In addition, actual receptions of the ball occurred less often in the wide attacking channels compared to 2018. By contrast, receptions of the ball in behind by Number 9s increased significantly (57%) in the central, most dangerous, channel in front of the opponent’s penalty area and decreased in the wide channels.

Receptions in between the lines

Because of the frequent use of defensive mid-blocks in this tournament, receptions by Number 9s in between the lines tended to be well marshalled, with limited space available due to the compactness of the blocks.

As a result, when centre-forwards dropped in to receive, they were often forced to play the ball backwards. It also meant that subsequent balls in behind led to the delayed arrival of the Number 9 into the penalty area, due to their having to start their forward runs from a deeper position.

As demonstrated in the clips below, teams with pacy wide forwards sometimes used the Number 9 tactically to drop in to receive between the lines. When the centre-forward dropped deep in these situations, the team would then play a quick ball in behind, into the channels where wide forwards or wingers would progress the ball.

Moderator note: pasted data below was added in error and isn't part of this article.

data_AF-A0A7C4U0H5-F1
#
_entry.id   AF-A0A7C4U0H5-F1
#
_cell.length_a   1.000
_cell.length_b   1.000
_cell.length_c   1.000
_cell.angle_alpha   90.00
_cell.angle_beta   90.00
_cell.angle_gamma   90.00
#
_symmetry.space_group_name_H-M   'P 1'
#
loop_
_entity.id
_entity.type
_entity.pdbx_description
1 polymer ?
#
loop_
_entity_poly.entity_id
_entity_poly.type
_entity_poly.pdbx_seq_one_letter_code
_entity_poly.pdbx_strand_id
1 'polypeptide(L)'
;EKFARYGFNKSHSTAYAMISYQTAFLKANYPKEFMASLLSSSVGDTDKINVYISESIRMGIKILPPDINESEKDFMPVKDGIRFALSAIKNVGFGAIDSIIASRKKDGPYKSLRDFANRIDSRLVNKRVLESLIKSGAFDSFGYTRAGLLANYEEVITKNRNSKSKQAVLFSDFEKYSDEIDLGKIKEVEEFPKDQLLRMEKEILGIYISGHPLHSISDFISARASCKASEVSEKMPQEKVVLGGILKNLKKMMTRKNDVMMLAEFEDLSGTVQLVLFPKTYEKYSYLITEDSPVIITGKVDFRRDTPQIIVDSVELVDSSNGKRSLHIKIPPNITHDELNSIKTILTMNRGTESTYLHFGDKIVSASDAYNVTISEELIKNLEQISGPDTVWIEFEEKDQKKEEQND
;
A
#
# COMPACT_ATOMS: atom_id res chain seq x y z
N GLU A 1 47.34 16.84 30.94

Clip 5. In their group-stage match against Germany, Spain centre-forward Marco Asensio (10) drops in deep to receive between the lines. This leads to his team-mate playing a ball over the top of Germany’s defensive line to release left-wide forward Dani Olmo (21) in behind. Olmo is supported by attacking runs from right-wide forward Ferran Torres (11) and attacking midfielder Gavi (9).
Clip 6. In their group-stage match against Iran, England centre-forward Harry Kane (9) offers and receives between the lines as he combines with wide forward Raheem Sterling (10).

Receptions in behind the defensive line

At the 2022 World Cup, offers in behind by Number 9s increased by 10.53% compared to 2018, from 23.94 per 90 minutes to 26.46 per 90 minutes. 

With many defending teams employing mid-blocks, higher defensive lines were held when the defenders were in the mid-block phase. This meant that the attackers' initial access to space in behind the defence was further from the goal than in Russia 2018.   

From a technical and tactical point of view, centre-forwards receiving the ball in behind in this area meant there was no structured defence to contend with (see also Figure 4 above).

Key to the ability to exploit and access this space was timing. The centre-forward had to operate in synergy with the players in possession of the ball to ensure the run in behind and execution of the pass were aligned. They had to understand and correctly anticipate whether the ball would be played on the first, second or third pass. 

As demonstrated in the clips below, Morocco centre-forward Youssef En Nesyri made a perfectly-timed arced run to split the two Canadian centre-backs and receive Hakimi’s forward pass in behind.